Friday, March 16, 2007


The newly discovered Roman sacred community right next to Silbury Hill in Southwest England is all the more startling because it lies next to 5,000-year-old Silbury hill, which at 130 feet is Europe's largest man-made prehistoric monument.

The original purpose and use of the Neolithic hill, which took an estimated 20 million man hours to make, still mystifies archaeologists.

Yesterday's announcement by English Heritage indicates that a Roman community was equally taken with the Wiltshire hill and established a sacred settlement in its shadow, some 3,000 years after it was created.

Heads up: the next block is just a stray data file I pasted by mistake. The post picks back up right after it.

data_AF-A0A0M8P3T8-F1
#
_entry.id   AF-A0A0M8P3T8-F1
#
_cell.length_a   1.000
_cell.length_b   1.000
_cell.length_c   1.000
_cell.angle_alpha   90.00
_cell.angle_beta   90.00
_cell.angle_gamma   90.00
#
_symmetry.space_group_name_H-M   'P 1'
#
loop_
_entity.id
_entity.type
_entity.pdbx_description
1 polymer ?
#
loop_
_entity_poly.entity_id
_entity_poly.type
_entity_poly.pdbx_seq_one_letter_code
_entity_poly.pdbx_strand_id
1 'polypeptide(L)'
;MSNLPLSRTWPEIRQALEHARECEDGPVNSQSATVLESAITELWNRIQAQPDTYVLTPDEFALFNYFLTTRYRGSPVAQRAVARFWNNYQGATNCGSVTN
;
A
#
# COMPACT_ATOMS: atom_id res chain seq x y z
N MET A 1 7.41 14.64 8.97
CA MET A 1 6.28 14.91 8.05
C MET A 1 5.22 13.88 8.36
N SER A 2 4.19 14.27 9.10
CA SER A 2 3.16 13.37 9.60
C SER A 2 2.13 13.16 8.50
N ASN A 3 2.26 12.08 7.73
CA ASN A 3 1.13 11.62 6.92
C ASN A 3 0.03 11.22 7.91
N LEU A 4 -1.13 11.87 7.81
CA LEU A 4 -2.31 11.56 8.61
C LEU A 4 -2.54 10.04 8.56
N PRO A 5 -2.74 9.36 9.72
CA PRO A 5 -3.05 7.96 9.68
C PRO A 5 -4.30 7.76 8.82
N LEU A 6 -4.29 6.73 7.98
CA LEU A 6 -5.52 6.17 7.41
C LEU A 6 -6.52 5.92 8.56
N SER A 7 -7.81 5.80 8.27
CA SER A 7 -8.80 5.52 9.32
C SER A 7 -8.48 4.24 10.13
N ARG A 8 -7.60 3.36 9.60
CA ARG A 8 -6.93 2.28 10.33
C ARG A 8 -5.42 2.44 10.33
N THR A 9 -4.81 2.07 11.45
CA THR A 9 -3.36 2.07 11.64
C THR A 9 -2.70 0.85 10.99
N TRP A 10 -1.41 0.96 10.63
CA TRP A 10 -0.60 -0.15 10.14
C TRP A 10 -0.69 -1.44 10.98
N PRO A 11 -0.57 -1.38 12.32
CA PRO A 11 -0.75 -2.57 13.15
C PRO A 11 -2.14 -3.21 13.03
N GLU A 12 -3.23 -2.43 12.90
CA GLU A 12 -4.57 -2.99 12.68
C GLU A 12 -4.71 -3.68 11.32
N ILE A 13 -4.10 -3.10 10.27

The site straddled the Roman road from London to Bath where it crossed the
Winterbourne River.

But it was more than just a way station for weary travellers. The Romans
were as intrigued by Silbury as people are today, and there is even a
tantalising hint of a temple.



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